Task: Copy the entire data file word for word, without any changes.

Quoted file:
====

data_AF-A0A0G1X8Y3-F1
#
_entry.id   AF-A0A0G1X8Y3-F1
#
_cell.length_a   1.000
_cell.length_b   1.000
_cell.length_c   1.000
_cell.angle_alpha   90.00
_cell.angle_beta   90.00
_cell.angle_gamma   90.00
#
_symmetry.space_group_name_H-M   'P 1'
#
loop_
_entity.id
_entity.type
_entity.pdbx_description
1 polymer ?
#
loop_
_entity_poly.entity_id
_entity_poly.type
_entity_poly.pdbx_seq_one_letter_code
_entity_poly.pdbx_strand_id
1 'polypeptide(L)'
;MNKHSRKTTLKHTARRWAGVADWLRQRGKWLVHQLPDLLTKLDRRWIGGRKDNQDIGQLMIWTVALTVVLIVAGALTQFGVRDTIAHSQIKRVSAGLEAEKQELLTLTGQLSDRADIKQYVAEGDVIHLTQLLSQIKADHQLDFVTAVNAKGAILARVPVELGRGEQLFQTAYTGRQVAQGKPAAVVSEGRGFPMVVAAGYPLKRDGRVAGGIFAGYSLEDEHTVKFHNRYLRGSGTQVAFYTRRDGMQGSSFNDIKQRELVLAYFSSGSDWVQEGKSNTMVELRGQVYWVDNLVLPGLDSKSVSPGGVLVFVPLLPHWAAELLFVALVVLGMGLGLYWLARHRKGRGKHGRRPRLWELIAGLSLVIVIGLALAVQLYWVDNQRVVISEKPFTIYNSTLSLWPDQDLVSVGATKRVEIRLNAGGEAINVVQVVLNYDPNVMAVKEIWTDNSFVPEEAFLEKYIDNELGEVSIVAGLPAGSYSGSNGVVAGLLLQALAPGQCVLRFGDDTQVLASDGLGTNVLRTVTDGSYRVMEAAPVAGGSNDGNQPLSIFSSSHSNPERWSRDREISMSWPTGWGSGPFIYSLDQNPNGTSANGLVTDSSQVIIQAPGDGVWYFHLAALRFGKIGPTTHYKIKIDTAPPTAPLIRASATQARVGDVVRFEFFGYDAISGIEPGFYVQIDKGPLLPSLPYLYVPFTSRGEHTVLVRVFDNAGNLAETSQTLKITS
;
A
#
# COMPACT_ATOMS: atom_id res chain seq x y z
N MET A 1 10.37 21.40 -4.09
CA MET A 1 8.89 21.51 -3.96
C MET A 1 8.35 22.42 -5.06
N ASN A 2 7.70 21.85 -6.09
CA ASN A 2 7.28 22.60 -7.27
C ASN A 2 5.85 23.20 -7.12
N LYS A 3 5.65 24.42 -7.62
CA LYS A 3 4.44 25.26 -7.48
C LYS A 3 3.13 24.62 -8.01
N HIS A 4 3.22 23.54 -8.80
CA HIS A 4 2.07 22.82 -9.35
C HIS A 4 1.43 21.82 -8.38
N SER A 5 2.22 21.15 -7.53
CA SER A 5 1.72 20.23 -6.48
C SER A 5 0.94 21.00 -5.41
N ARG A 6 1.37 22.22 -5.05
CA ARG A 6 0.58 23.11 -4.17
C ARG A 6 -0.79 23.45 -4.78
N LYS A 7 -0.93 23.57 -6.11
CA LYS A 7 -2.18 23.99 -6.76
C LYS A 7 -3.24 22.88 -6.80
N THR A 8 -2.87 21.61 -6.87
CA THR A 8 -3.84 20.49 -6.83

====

data_AF-A0A0G1X8Y3-F1
#
_entry.id   AF-A0A0G1X8Y3-F1
#
_cell.length_a   1.000
_cell.length_b   1.000
_cell.length_c   1.000
_cell.angle_alpha   90.00
_cell.angle_beta   90.00
_cell.angle_gamma   90.00
#
_symmetry.space_group_name_H-M   'P 1'
#
loop_
_entity.id
_entity.type
_entity.pdbx_description
1 polymer ?
#
loop_
_entity_poly.entity_id
_entity_poly.type
_entity_poly.pdbx_seq_one_letter_code
_entity_poly.pdbx_strand_id
1 'polypeptide(L)'
;MNKHSRKTTLKHTARRWAGVADWLRQRGKWLVHQLPDLLTKLDRRWIGGRKDNQDIGQLMIWTVALTVVLIVAGALTQFGVRDTIAHSQIKRVSAGLEAEKQELLTLTGQLSDRADIKQYVAEGDVIHLTQLLSQIKADHQLDFVTAVNAKGAILARVPVELGRGEQLFQTAYTGRQVAQGKPAAVVSEGRGFPMVVAAGYPLKRDGRVAGGIFAGYSLEDEHTVKFHNRYLRGSGTQVAFYTRRDGMQGSSFNDIKQRELVLAYFSSGSDWVQEGKSNTMVELRGQVYWVDNLVLPGLDSKSVSPGGVLVFVPLLPHWAAELLFVALVVLGMGLGLYWLARHRKGRGKHGRRPRLWELIAGLSLVIVIGLALAVQLYWVDNQRVVISEKPFTIYNSTLSLWPDQDLVSVGATKRVEIRLNAGGEAINVVQVVLNYDPNVMAVKEIWTDNSFVPEEAFLEKYIDNELGEVSIVAGLPAGSYSGSNGVVAGLLLQALAPGQCVLRFGDDTQVLASDGLGTNVLRTVTDGSYRVMEAAPVAGGSNDGNQPLSIFSSSHSNPERWSRDREISMSWPTGWGSGPFIYSLDQNPNGTSANGLVTDSSQVIIQAPGDGVWYFHLAALRFGKIGPTTHYKIKIDTAPPTAPLIRASATQARVGDVVRFEFFGYDAISGIEPGFYVQIDKGPLLPSLPYLYVPFTSRGEHTVLVRVFDNAGNLAETSQTLKITS
;
A
#
# COMPACT_ATOMS: atom_id res chain seq x y z
N MET A 1 10.37 21.40 -4.09
CA MET A 1 8.89 21.51 -3.96
C MET A 1 8.35 22.42 -5.06
N ASN A 2 7.70 21.85 -6.09
CA ASN A 2 7.28 22.60 -7.27
C ASN A 2 5.85 23.20 -7.12
N LYS A 3 5.65 24.42 -7.62
CA LYS A 3 4.44 25.26 -7.48
C LYS A 3 3.13 24.62 -8.01
N HIS A 4 3.22 23.54 -8.80
CA HIS A 4 2.07 22.82 -9.35
C HIS A 4 1.43 21.82 -8.38
N SER A 5 2.22 21.15 -7.53
CA SER A 5 1.72 20.23 -6.48
C SER A 5 0.94 21.00 -5.41
N ARG A 6 1.37 22.22 -5.05
CA ARG A 6 0.58 23.11 -4.17
C ARG A 6 -0.79 23.45 -4.78
N LYS A 7 -0.93 23.57 -6.11
CA LYS A 7 -2.18 23.99 -6.76
C LYS A 7 -3.24 22.88 -6.80
N THR A 8 -2.87 21.61 -6.87
CA THR A 8 -3.84 20.49 -6.83